Using a firm’s technology savvy to enter a market next to its core market, is a high-risk strategy.
When helping clients to get a flailing, adjacent market push off the ground, I explore 2 common issues leading to low power.
- Before making the push, has the client applied a thorough screen of what they need to bring to the party?
- Do they understand what customers in the adjacent market really want
In the case example, the client began their push biased by prior opinions and attitudes. Understanding what the adjacent market really wanted, led to a positive outcome.
The Case of a Botched Growth Attempt, and Its Recovery
Marlys, the new growth officer of her firm, is at her wit’s end. She inherited a botched attempt to grow by entering an adjacent market, electronic chips. Nevertheless, the attempt did validate the idea that her firm’s unique technological skills could modify proven products to meet the chip market needs.
Marlys hired me to find early adopters who will test her firm’s modified products. I had elicitation conversations with 30 people in the chip market. My analysis uncovered good options for a new attempt.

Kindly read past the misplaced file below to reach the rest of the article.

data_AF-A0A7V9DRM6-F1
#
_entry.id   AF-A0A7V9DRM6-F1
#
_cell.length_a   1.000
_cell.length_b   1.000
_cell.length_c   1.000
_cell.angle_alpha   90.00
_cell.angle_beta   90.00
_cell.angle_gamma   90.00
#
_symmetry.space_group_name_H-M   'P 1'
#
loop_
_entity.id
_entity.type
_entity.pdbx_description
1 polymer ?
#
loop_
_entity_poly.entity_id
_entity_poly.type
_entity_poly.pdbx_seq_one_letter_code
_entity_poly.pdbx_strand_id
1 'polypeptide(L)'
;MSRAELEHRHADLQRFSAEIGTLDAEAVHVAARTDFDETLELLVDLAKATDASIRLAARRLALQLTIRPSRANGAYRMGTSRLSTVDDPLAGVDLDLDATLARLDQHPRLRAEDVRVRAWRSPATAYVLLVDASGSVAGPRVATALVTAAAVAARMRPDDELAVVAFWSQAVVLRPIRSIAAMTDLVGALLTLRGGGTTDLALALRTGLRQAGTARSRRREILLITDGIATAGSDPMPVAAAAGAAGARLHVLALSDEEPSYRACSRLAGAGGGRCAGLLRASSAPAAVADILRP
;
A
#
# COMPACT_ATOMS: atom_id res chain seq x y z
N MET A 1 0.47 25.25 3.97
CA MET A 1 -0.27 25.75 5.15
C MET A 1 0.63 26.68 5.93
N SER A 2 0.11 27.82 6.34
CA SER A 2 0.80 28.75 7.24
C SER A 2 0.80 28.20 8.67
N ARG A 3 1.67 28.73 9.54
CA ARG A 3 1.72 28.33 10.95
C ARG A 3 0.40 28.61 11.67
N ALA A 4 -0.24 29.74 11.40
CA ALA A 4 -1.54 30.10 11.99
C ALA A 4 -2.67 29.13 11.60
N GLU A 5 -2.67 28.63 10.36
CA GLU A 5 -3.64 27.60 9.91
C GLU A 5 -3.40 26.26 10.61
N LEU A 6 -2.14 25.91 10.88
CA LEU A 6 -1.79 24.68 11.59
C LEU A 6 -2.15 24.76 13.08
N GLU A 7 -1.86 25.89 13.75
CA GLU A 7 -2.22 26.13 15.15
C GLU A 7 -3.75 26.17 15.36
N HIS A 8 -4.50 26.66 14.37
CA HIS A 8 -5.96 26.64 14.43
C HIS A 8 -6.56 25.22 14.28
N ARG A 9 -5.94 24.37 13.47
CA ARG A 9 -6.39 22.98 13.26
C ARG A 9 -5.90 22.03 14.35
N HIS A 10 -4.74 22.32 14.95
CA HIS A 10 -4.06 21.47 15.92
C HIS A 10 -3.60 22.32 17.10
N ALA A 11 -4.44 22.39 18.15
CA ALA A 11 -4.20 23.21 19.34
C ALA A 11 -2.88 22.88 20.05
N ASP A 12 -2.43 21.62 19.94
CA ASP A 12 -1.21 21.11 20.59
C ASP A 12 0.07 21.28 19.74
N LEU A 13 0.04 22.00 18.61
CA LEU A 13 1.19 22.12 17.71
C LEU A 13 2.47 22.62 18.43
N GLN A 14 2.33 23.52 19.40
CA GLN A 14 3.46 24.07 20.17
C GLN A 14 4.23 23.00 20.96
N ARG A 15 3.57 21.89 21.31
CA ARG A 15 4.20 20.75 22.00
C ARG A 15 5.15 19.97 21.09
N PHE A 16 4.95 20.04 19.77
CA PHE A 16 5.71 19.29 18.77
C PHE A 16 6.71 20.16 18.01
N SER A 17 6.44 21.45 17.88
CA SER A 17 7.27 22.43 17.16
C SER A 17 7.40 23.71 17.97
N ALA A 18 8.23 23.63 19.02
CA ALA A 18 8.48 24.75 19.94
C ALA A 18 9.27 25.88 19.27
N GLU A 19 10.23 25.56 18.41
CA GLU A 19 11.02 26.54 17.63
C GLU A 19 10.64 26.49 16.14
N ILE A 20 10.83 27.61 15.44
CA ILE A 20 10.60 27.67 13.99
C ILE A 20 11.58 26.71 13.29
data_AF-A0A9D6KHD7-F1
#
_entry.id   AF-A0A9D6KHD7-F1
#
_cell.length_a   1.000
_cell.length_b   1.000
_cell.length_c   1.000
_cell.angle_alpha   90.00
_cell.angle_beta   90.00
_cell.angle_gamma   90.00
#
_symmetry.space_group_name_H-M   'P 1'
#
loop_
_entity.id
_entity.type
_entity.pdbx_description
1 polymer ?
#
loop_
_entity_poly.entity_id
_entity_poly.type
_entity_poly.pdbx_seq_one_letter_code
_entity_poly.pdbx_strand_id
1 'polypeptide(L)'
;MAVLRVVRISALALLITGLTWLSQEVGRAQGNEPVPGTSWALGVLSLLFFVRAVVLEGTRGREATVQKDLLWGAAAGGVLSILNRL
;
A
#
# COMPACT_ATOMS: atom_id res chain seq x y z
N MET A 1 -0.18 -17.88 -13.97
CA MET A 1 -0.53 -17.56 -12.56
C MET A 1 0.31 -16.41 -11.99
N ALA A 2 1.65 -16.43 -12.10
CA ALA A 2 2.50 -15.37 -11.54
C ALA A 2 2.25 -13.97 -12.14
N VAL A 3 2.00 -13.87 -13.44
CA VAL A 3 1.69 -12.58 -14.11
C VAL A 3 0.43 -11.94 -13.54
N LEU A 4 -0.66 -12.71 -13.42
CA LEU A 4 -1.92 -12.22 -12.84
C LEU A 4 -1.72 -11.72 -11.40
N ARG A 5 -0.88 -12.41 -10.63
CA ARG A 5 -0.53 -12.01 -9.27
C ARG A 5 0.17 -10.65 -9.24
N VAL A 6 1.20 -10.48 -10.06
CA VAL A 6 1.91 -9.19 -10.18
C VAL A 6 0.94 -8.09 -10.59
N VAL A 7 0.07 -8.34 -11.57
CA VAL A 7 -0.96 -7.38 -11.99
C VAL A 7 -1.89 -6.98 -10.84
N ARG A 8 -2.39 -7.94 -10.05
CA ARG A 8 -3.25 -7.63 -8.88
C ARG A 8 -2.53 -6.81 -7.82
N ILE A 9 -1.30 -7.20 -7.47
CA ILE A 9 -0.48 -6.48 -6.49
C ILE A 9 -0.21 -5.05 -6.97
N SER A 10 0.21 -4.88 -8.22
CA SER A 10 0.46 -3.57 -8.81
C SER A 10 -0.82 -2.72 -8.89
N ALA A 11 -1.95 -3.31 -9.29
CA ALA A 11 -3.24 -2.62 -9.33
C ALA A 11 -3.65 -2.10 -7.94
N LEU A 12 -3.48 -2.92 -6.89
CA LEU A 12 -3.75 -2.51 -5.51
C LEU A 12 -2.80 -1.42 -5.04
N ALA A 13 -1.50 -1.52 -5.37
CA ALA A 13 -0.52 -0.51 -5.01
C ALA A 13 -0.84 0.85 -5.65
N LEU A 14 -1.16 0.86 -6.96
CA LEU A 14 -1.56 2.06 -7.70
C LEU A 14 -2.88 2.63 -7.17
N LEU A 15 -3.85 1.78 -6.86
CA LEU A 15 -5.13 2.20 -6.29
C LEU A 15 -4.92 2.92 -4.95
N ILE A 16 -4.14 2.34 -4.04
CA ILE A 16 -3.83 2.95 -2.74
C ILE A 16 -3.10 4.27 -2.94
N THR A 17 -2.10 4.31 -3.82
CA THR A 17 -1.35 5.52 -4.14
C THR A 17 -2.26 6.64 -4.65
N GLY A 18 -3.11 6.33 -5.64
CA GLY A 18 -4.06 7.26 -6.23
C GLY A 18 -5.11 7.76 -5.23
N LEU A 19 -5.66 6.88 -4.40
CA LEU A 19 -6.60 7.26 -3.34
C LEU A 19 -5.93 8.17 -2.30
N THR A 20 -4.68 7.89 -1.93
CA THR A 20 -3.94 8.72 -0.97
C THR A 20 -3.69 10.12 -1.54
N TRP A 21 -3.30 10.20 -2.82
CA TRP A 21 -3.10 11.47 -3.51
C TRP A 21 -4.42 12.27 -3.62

The option chosen by Marlys and her team used this conversation as a guide.
“George, we always want to test new products such as your client’s. Be aware that they must pass the final test. It’s one where we break into our plant’s production cycle. We do this test only at 18 months intervals. Our next test is coming up in 3 months. Your client should get in touch with me soon if they want their innovation included.”
Quality manager — Analog Devices, Inc.
Marlys contacted the chip manufacturer. And, in 2 months, her team had their unique product ready for the final test. The product passed the test.